In Seventh Day Adventist Church East Africa Limited Versus The Minister of Education and others Petition 431 of 2012, where the petitioner sought the indulgence of court in the respondent’s curtailment of Sabbath hours for many students in the public schools in the country, court ruled that:

“I am convinced by the explanation given by the Interested Party that there has been no violation of the Adventists’ students rights and that the limitations to that right are reasonable.  As it can be seen from the Affidavit of Mr. Kiniaru, the Interested Party has made arrangements to accommodate the religious needs of the SDA students, by allowing them some time to manifest their religion by way of worship.  At Alliance, and I have no evidence that the other schools have different programmes, SDA students have only the hours of sunrise on Saturday to 11.00 a.m. The same day to engage in limited school activities.  Thereafter, they have the whole day until sunset to do all that their religion requires.  I have seen that most worship services at say the Maxwell SDA Church in Nairobi start at mid-morning on Saturday, and adherents drive to the Church, fuel those cars and engage in other necessary chores attendant to being a metropolitan.  What is the difference with the very limited activities undertaken by students at Alliance?…. I say so also because, Alliance High School is neither a worship center nor a church, it is a school, whose main purpose is to impart knowledge on its students. The right to education under Article 34(1)(f) and 53(1)(b) does not in any way mean the right to attend certain Public Schools or the Interested Party’s school at the students’ own terms. That would in my view be tantamount to affecting the autonomy and academic freedom of the schools, which this Court is unwilling to do”

In Sharon and 2 others versus Makerere University, on whether it amounted to a violation of freedom of thought, conscience and religion, court held that:

“Article 20(2) imposes an affirmative constitutional duty on the respondent to respect ,uphold and promote the religious beliefs of the petitioners and other members of their faith. I do not agree that on the evidence on record the respondent forced the petitioners to participate in the respondent’s educational programmes on Sabbath Day. The petitioners should not have accepted the offer of admission since the terms and conditions were clear in the Freshers Joining Instructions for every academic year a copy of which was annexed as annexture A to the answer on the petition.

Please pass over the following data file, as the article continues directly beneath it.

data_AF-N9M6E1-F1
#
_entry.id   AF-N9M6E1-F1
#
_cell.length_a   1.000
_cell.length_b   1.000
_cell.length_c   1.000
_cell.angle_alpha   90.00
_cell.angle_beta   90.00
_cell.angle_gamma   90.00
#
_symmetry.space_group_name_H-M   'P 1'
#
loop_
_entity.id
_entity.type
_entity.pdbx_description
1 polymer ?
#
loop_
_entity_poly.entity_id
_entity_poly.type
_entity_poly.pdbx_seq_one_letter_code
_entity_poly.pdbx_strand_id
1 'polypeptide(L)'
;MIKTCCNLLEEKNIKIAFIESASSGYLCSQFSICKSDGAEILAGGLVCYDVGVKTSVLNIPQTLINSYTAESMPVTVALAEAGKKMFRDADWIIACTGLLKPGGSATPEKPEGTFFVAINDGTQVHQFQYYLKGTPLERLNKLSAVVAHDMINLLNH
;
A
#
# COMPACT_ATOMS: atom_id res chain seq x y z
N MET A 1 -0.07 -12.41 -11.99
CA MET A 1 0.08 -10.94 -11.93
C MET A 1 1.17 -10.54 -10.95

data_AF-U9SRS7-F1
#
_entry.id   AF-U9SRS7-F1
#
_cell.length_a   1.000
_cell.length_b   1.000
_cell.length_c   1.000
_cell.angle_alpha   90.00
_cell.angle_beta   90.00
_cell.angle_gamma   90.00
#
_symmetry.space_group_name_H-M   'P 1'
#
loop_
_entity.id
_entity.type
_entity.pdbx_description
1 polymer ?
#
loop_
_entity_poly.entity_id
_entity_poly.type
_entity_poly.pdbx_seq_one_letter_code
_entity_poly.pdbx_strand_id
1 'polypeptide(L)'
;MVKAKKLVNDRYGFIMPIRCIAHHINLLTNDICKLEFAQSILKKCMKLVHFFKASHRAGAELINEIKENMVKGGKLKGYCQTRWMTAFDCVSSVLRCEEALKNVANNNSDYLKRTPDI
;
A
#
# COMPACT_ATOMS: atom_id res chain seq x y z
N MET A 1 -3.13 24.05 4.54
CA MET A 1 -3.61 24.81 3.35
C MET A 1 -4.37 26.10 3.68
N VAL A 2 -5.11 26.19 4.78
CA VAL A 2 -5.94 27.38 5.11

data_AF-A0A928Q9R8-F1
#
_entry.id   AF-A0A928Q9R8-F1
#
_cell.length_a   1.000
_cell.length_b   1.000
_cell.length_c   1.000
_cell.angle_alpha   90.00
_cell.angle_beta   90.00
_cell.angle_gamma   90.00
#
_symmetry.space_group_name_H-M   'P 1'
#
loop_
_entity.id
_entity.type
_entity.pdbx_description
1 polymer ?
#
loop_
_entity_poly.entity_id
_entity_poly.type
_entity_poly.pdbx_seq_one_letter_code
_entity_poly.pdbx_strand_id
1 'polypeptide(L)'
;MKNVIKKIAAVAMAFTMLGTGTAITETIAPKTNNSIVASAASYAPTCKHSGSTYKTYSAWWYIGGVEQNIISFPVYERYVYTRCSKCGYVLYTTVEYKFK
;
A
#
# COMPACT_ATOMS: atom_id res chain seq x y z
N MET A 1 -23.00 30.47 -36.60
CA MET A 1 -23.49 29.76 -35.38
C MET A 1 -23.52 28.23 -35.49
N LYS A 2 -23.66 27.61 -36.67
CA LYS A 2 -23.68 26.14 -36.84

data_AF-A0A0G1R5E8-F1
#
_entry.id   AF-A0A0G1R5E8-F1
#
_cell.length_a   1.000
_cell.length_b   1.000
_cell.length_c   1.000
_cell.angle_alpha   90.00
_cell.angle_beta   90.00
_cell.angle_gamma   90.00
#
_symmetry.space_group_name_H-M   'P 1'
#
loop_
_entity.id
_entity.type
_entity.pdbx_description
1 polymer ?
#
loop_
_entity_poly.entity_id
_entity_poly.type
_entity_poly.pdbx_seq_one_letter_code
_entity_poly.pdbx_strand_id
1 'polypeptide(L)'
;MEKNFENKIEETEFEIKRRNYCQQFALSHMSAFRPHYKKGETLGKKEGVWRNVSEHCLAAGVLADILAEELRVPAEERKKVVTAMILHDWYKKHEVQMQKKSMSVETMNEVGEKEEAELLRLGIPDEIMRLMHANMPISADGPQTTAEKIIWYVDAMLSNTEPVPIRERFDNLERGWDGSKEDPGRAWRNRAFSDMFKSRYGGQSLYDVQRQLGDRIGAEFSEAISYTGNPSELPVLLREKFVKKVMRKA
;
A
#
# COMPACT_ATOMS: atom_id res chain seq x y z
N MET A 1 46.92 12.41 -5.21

Clearly, the petitioners had a choice not to join the respondent. I agree, like all persons, under Article 30 they are guaranteed right to education but it is not confined to the respondent. There are many Universities and other tertiary institutions in Uganda, including Bugema University established by the Seventh Day Adventist Church and in other countries including Kenya. The petitioners did not have to choose the respondent as it was not compulsory. Besides, University education is not compulsory.”

Bottom-line, the freedom of thought, religion and conscience is not absolute. It should however be largely acceptable now that freedom of religion includes both the right to have a belief and the right to express such belief in practice, as has been ruled in several court cases

For a comprehensive report on freedom of thought, read the freedom of thought report. It reports on every country and draws examples for comparative analysis.

BY SAMALI BITALA

This article appears in our weekly digital law magazine, The Deuteronomy, Vol 9, Issue 3 of December 16th, 2016